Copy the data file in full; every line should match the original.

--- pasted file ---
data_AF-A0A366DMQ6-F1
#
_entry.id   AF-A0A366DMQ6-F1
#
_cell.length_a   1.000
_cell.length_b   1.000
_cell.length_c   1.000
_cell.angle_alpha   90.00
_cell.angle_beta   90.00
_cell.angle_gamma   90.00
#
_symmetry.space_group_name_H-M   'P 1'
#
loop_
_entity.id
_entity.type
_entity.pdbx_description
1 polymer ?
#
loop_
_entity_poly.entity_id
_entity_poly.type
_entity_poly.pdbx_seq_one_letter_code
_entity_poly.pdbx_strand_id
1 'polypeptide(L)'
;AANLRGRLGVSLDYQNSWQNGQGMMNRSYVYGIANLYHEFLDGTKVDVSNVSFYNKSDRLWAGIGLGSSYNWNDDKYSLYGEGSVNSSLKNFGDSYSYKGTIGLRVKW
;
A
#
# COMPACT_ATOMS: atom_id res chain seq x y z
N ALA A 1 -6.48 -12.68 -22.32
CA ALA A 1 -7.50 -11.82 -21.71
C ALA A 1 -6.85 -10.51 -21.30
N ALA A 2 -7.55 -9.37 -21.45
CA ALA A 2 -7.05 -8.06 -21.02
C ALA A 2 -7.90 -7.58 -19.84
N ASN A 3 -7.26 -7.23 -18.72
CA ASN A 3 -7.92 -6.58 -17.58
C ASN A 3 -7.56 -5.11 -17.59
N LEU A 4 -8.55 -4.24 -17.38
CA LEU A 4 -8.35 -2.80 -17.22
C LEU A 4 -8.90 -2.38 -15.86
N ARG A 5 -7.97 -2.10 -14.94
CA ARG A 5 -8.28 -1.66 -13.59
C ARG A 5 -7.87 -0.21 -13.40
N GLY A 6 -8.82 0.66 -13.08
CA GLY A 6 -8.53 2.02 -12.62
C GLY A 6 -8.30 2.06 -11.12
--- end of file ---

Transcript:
data_AF-A0A366DMQ6-F1
#
_entry.id   AF-A0A366DMQ6-F1
#
_cell.length_a   1.000
_cell.length_b   1.000
_cell.length_c   1.000
_cell.angle_alpha   90.00
_cell.angle_beta   90.00
_cell.angle_gamma   90.00
#
_symmetry.space_group_name_H-M   'P 1'
#
loop_
_entity.id
_entity.type
_entity.pdbx_description
1 polymer ?
#
loop_
_entity_poly.entity_id
_entity_poly.type
_entity_poly.pdbx_seq_one_letter_code
_entity_poly.pdbx_strand_id
1 'polypeptide(L)'
;AANLRGRLGVSLDYQNSWQNGQGMMNRSYVYGIANLYHEFLDGTKVDVSNVSFYNKSDRLWAGIGLGSSYNWNDDKYSLYGEGSVNSSLKNFGDSYSYKGTIGLRVKW
;
A
#
# COMPACT_ATOMS: atom_id res chain seq x y z
N ALA A 1 -6.48 -12.68 -22.32
CA ALA A 1 -7.50 -11.82 -21.71
C ALA A 1 -6.85 -10.51 -21.30
N ALA A 2 -7.55 -9.37 -21.45
CA ALA A 2 -7.05 -8.06 -21.02
C ALA A 2 -7.90 -7.58 -19.84
N ASN A 3 -7.26 -7.23 -18.72
CA ASN A 3 -7.92 -6.58 -17.58
C ASN A 3 -7.56 -5.11 -17.59
N LEU A 4 -8.55 -4.24 -17.38
CA LEU A 4 -8.35 -2.80 -17.22
C LEU A 4 -8.90 -2.38 -15.86
N ARG A 5 -7.97 -2.10 -14.94
CA ARG A 5 -8.28 -1.66 -13.59
C ARG A 5 -7.87 -0.21 -13.40
N GLY A 6 -8.82 0.66 -13.08
CA GLY A 6 -8.53 2.02 -12.62
C GLY A 6 -8.30 2.06 -11.12